This weekend's shooting spree at the senior-care facility in Carthage, N.C. has me concerned: Senior facilities are frighteningly unsafe. You can walk into the AIG headquarters and front-desk security will swab your cheek and test your DNA to protect those thieves. But a home for older Americans and the people in it are on their own.
My maternal grandmother lived in an independent-living facility in the quiet and wooded Cincinnati suburb of Forest Park, Ohio. However, there was no security at the entrance, and anyone could walk in and burglarize them — or worse. My paternal grandmother, an Alzheimer's patient, lived in a nursing home nestled deep in the beauty of Clifton, a gas-light community near the University of Cincinnati. Again, there was no entrance security or locked doors or front-desk reception. Anyone could walk in and do harm to nearly 50 defenseless senior citizens, some who couldn't see, walk or recall their first names.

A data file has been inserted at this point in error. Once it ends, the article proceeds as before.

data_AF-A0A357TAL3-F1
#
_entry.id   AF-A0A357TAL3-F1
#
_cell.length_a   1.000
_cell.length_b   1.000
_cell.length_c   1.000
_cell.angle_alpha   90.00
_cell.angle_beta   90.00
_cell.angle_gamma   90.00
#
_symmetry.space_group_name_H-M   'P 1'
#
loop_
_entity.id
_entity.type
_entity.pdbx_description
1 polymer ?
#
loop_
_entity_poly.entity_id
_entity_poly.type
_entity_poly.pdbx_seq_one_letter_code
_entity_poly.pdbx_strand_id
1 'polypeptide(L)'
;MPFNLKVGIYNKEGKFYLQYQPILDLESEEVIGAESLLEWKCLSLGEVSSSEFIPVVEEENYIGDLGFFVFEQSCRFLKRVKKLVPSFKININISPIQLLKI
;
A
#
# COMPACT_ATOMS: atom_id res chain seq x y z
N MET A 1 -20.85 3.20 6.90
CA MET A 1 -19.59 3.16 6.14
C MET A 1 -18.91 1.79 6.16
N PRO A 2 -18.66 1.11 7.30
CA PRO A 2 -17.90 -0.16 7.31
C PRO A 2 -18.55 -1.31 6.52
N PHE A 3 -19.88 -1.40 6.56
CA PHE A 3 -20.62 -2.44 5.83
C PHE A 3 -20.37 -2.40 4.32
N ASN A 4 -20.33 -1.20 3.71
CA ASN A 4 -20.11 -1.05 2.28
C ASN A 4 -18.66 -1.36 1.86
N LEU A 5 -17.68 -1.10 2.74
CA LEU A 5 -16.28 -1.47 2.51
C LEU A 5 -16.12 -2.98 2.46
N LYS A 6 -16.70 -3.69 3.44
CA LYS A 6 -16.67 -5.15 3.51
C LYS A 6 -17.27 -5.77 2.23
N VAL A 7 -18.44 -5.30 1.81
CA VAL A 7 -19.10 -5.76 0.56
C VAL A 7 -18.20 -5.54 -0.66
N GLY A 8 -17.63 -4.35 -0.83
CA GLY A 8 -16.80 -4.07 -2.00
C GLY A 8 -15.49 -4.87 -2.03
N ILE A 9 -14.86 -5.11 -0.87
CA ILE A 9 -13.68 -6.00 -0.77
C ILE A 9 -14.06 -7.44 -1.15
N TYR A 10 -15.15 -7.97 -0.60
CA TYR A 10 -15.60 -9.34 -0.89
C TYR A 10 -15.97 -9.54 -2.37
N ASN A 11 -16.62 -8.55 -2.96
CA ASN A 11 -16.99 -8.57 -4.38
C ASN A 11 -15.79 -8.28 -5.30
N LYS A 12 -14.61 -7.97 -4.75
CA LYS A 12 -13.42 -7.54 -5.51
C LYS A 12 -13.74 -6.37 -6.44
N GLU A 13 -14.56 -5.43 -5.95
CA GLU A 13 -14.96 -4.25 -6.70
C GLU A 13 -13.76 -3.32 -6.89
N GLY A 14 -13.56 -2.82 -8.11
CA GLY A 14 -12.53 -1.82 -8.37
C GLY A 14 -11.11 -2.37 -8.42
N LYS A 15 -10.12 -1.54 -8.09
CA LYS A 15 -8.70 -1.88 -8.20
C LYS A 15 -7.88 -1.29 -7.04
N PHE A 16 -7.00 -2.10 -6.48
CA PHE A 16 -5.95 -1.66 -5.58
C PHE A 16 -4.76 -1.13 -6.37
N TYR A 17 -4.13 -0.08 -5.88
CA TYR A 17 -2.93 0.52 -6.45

I'm not saying all senior facilities are vulnerable, but too many of them are sitting ducks. It's bad enough families have to worry about unqualified and/or uncaring attendants who often neglect their loved ones, but to worry that someone could walk through an electric door and do harm is unacceptable. A law should be passed that requires all senior-citizen facilities, no matter the neighborhood, be secured with qualified personnel and state-of-the-art security systems.
Keith Josef Adkins is an award-winning playwright, screenwriter and social commentator.